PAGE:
Wednesday, February 04, 2009

Diagnosis, what diagnosis?

Early mornings and a bendy body do not mix so I was not thrilled to realise I'd forgotten to change my rheumatology appointment and so had to be at the hospital for 8.50am this morning. I was even less happy when I arrived to find that someone in their infinite wisdom had allocated the most distant clinic to a group of patients likely to have mobility issues. Tripping over a nurse on my way in was all my fault though!

A few days after I moved I went to Leeds for my appointment with the extra special bendy people Professor so I'd already been able to discuss most of the issues I had concerns about whilst I was there, and any not dealt with were because I forgot about them. Despite taking a list. It was the usual mix of the bizarre and sublime as it always is when seeing 'The Prof'. Lying on an examination couch in one's knickers with legs wrapped around the back of your head might be considered strange in some circles but is absolutely normal in bendy circles. As are discussions about 'smarties' Ssshh, don't talk too loudly, even in private as that means cannabis which seems to be much more dangerous of late. Couldn't have anything to do with £80 on the spot fines could it?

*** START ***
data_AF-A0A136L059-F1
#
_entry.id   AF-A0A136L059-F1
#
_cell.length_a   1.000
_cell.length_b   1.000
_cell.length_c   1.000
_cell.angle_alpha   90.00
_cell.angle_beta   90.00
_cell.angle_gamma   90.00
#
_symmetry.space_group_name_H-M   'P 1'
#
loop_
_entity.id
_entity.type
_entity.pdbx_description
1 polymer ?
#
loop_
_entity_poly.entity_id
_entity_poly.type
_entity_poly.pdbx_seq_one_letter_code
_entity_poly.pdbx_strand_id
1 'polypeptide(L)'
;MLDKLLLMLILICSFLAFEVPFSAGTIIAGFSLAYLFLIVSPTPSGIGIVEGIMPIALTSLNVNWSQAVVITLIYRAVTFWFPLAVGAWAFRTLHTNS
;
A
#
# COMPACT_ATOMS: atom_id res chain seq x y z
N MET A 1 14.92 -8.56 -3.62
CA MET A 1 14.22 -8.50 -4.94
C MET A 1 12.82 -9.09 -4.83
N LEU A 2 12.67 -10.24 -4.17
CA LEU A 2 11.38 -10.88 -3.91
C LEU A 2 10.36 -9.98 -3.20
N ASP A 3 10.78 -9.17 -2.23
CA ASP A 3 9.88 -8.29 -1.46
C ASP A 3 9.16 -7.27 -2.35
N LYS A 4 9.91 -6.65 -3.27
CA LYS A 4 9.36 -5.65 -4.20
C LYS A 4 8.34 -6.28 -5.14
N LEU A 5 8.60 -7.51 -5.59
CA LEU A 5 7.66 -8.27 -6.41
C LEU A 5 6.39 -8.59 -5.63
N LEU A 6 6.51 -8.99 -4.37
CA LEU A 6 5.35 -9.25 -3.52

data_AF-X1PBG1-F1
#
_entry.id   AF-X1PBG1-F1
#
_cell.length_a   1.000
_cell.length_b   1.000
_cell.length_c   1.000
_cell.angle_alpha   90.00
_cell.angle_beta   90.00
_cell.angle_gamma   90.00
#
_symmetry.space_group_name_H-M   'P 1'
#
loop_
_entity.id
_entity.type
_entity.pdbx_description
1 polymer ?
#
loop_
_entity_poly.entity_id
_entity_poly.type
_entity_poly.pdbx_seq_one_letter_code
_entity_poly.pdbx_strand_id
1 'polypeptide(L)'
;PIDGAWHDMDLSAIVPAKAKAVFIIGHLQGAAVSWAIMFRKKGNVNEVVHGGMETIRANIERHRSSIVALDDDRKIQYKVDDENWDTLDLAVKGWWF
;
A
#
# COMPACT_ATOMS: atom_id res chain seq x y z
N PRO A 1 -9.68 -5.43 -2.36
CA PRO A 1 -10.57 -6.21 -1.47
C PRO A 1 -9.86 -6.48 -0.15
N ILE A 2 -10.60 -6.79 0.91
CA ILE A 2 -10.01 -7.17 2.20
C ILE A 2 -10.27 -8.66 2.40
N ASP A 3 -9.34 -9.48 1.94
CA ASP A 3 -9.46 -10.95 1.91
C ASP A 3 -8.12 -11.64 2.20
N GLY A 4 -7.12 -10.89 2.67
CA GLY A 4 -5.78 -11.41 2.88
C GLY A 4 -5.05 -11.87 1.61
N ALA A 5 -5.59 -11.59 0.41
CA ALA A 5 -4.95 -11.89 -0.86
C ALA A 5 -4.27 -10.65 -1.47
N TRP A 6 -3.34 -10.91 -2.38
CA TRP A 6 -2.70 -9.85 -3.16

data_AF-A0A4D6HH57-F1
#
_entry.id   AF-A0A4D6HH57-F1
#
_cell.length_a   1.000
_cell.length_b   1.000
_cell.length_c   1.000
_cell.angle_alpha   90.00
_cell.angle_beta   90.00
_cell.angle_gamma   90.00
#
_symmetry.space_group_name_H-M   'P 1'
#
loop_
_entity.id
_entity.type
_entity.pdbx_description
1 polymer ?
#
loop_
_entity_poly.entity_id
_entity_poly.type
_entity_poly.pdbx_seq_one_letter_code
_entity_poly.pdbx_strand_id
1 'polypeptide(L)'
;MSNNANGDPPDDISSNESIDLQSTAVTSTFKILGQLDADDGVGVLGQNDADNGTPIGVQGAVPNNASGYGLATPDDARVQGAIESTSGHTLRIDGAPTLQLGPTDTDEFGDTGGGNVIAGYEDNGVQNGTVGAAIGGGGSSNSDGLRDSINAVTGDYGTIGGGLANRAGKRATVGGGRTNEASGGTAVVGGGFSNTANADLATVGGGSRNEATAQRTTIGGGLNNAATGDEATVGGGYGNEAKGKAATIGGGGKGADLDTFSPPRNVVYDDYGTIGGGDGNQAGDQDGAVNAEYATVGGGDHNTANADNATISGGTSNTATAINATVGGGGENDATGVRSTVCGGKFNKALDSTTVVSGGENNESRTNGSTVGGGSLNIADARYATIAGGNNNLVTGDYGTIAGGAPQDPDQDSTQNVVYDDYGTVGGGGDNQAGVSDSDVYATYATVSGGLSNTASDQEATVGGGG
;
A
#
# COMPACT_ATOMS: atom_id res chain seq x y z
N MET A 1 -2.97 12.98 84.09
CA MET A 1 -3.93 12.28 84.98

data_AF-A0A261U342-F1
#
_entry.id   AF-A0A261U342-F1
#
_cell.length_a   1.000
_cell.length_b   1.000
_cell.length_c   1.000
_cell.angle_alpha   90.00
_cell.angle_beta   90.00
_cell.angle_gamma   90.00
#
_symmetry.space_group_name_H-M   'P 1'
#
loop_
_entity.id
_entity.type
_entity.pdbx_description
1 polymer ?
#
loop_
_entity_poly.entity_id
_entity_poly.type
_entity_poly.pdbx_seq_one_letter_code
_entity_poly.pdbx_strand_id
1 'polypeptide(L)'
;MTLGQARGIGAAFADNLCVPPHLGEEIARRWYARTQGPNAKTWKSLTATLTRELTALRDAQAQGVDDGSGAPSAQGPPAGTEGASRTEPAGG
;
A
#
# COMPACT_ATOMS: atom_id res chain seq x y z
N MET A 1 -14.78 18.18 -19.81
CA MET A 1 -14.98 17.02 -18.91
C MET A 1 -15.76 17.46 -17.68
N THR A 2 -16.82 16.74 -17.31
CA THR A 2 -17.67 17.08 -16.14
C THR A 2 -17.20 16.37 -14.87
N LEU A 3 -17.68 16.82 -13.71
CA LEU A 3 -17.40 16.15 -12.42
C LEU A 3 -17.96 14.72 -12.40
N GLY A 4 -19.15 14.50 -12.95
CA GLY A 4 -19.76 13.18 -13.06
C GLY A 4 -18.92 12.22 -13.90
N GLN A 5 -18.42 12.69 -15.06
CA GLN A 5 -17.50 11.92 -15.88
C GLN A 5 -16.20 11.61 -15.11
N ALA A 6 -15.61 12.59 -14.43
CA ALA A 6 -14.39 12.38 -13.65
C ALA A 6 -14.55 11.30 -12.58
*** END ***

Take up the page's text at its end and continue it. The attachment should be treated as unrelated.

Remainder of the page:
So, today's appointment was routine which considering I was barely awake was a good thing. I saw the same consultant as last time which is not always the case, especially when it's a consultant you might want to see again! In a typical medical and therefore non government approved fashion 'The Prof' and the locum consultant (LC) had been at a meeting together and had a chat there about my condition. LC had previously expressed concern at the severity of my symptoms and seemed relieved to hear that 'The Prof' had (once again) told me that I'm one of the most severely hypermobile people they've ever honour which quite frankly I'd happily give away to one of the (many) very mildly affected people who moan about how terrible the pain is from the one dislocation they might have experienced 3 years ago along with the ability to dislocate 3 times in as many seconds. takers? Anyone...anyone...Bueller? The funny thing is that no matter how many times I'm told this kind of thing I just can't see it in myself. The default thought process of 'there's nothing wrong, you're just lazy etc' resulting from being mislabelled as an attention seeking hypochondriac always kicks in and I wonder if that will ever change.